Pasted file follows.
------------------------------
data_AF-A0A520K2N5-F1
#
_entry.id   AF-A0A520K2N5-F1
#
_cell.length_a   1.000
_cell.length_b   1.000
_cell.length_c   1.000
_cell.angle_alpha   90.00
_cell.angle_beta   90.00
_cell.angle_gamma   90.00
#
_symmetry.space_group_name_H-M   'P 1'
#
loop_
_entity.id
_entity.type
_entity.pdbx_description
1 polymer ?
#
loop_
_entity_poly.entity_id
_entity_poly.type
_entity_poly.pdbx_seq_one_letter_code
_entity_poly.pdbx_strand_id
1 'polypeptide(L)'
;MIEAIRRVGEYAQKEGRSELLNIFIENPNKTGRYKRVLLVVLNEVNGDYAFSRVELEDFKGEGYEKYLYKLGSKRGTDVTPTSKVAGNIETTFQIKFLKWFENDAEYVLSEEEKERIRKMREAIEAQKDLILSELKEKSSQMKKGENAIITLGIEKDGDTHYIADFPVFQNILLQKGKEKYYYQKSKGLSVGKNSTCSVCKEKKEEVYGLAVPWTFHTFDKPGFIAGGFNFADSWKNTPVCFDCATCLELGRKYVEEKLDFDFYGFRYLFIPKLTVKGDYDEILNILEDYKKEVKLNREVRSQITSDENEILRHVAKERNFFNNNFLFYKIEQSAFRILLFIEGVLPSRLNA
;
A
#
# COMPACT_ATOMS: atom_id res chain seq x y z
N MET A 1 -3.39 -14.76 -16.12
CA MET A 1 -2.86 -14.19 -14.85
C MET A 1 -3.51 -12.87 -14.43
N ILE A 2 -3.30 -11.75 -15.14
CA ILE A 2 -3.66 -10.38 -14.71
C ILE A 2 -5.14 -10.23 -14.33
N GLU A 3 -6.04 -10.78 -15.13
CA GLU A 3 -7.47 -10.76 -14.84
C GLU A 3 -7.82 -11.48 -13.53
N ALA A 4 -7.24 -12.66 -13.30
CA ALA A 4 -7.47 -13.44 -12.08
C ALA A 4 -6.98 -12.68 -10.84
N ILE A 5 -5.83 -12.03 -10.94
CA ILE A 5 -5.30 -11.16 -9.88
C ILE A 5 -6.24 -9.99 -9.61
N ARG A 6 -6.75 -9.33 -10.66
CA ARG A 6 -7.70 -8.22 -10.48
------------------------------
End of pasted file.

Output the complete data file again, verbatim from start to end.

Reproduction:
data_AF-A0A520K2N5-F1
#
_entry.id   AF-A0A520K2N5-F1
#
_cell.length_a   1.000
_cell.length_b   1.000
_cell.length_c   1.000
_cell.angle_alpha   90.00
_cell.angle_beta   90.00
_cell.angle_gamma   90.00
#
_symmetry.space_group_name_H-M   'P 1'
#
loop_
_entity.id
_entity.type
_entity.pdbx_description
1 polymer ?
#
loop_
_entity_poly.entity_id
_entity_poly.type
_entity_poly.pdbx_seq_one_letter_code
_entity_poly.pdbx_strand_id
1 'polypeptide(L)'
;MIEAIRRVGEYAQKEGRSELLNIFIENPNKTGRYKRVLLVVLNEVNGDYAFSRVELEDFKGEGYEKYLYKLGSKRGTDVTPTSKVAGNIETTFQIKFLKWFENDAEYVLSEEEKERIRKMREAIEAQKDLILSELKEKSSQMKKGENAIITLGIEKDGDTHYIADFPVFQNILLQKGKEKYYYQKSKGLSVGKNSTCSVCKEKKEEVYGLAVPWTFHTFDKPGFIAGGFNFADSWKNTPVCFDCATCLELGRKYVEEKLDFDFYGFRYLFIPKLTVKGDYDEILNILEDYKKEVKLNREVRSQITSDENEILRHVAKERNFFNNNFLFYKIEQSAFRILLFIEGVLPSRLNA
;
A
#
# COMPACT_ATOMS: atom_id res chain seq x y z
N MET A 1 -3.39 -14.76 -16.12
CA MET A 1 -2.86 -14.19 -14.85
C MET A 1 -3.51 -12.87 -14.43
N ILE A 2 -3.30 -11.75 -15.14
CA ILE A 2 -3.66 -10.38 -14.71
C ILE A 2 -5.14 -10.23 -14.33
N GLU A 3 -6.04 -10.78 -15.13
CA GLU A 3 -7.47 -10.76 -14.84
C GLU A 3 -7.82 -11.48 -13.53
N ALA A 4 -7.24 -12.66 -13.30
CA ALA A 4 -7.47 -13.44 -12.08
C ALA A 4 -6.98 -12.68 -10.84
N ILE A 5 -5.83 -12.03 -10.94
CA ILE A 5 -5.30 -11.16 -9.88
C ILE A 5 -6.24 -9.99 -9.61
N ARG A 6 -6.75 -9.33 -10.66
CA ARG A 6 -7.70 -8.22 -10.48